We all feel strongly about certain images, whether you have taken them yourself or commissioned a photographer to capture them for you. Your heart skips a beat or a smile comes to your face as soon as you see it. Personally, I have a very special image of my son captured on my birthday a few years ago and it fills me with joy every time I look at it.
As a professional, though, I have been surprised to find that I retain such a strong emotional attachment to some client images and when archiving recently, I wondered why this was.
So much of how you feel is down to when the image was captured. For me it is the experience of the shoot, the place, who was there, the conversations we had and my connection with my client and their family. I know the feeling is mutual when my clients shed a tear when viewing the images, I feel that I have captured something of them that will carry a moment in time into the future. It all sound a little schmaltzy I know, but the power of a single image can be enormous.
Some that spring to mind for me include the newborn session with a 7 hour old baby. This was a home birth and I was due to visit with images of the pregnancy shoot. My client’s husband called and asked me to bring my camera with me instead. It was 9 in the morning, the new arrival was in bed with mum where his older brother and sister had just met him, the room was warm and calm and filled with a golden light on a beautiful spring morning. I feel as though this shoot was only yesterday not nearly 4 years ago! When I look back at those images I feel a fabulous connection to this family and privileged to have been allowed to capture those very special first few hours.
Another strong emotional attachment I have, is to some of a little baby who was diagnosed with a major health problem shortly after birth and was due to be admitted to hospital the day after our shoot for an operation. The family was amazing, and the shoot was filled with warmth and laughter, but we all knew however that the next months were going to be very difficult and the images we were capturing were going out to family and friends before the outcome of the surgery would be known. I am pleased to say that the young man in question made a great recovery. I have been back and photographed him as a bouncing 1 year old!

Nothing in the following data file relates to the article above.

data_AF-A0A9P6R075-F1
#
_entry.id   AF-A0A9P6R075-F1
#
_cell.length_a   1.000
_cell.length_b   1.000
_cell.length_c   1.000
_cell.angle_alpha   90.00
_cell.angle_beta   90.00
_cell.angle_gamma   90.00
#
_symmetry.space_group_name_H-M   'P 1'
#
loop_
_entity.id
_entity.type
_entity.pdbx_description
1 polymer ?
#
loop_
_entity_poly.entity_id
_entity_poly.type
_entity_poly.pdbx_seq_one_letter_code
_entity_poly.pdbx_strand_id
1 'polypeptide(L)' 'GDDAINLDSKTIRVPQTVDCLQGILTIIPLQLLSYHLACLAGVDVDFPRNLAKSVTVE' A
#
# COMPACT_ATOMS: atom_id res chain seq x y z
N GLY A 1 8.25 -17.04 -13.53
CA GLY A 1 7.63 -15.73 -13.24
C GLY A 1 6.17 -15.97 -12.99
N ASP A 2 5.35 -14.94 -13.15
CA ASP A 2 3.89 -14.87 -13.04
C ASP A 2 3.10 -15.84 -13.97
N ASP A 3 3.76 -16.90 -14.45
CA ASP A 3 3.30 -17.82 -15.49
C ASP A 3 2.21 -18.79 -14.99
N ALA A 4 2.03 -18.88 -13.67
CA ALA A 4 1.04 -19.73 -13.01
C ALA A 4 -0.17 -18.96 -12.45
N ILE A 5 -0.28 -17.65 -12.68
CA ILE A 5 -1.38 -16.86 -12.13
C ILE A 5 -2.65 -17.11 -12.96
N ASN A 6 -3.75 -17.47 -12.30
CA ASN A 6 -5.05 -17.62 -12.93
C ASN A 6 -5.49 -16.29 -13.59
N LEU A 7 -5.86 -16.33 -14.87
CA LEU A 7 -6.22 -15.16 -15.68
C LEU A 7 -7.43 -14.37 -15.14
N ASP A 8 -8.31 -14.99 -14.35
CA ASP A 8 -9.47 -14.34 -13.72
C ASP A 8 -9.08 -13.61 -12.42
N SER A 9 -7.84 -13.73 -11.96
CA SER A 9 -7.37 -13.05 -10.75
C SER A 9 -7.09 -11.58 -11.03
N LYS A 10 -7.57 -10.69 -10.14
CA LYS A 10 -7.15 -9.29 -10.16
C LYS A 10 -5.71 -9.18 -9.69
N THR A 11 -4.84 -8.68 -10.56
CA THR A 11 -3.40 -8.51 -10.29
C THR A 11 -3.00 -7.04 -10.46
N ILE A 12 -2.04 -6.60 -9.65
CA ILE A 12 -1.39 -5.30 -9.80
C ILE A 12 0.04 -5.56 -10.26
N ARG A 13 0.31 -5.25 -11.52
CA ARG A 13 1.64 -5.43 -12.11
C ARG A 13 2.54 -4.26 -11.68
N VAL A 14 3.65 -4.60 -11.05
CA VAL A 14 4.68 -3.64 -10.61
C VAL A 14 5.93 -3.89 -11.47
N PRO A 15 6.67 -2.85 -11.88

For me a shoot does not have to include babies and families to stay in my heart. Two recent commercial shoots also resonate strongly with me. The first was a millinery shoot for a fabulous hat designer. In my small studio space we had my client, her colleague, four models, two hair and make-up artists, a chaperone for a young model, and a passing friend of the client who came armed with biscuits. We shot solidly from 10am til 4pm, rotating models though hair and make-up, and then in front of the camera. The atmosphere was electric, the models amazing and the images stunning, such a great day of teamwork.
The latest shoot to capture my heart was food photography for a charity cookbook. A two-day shoot photographing food prepared by a team of volunteers, we produced 14 final images. The project will support Scope, a local school and charitable trust which supports my friend’s son who lives with cerebral palsy. This is a cause very close to my heart and I felt proud to be asked to be involved.
Every one of these shoots was different but all I have to do is cast an eye over an image from them, and I am whisked straight back to that moment in time.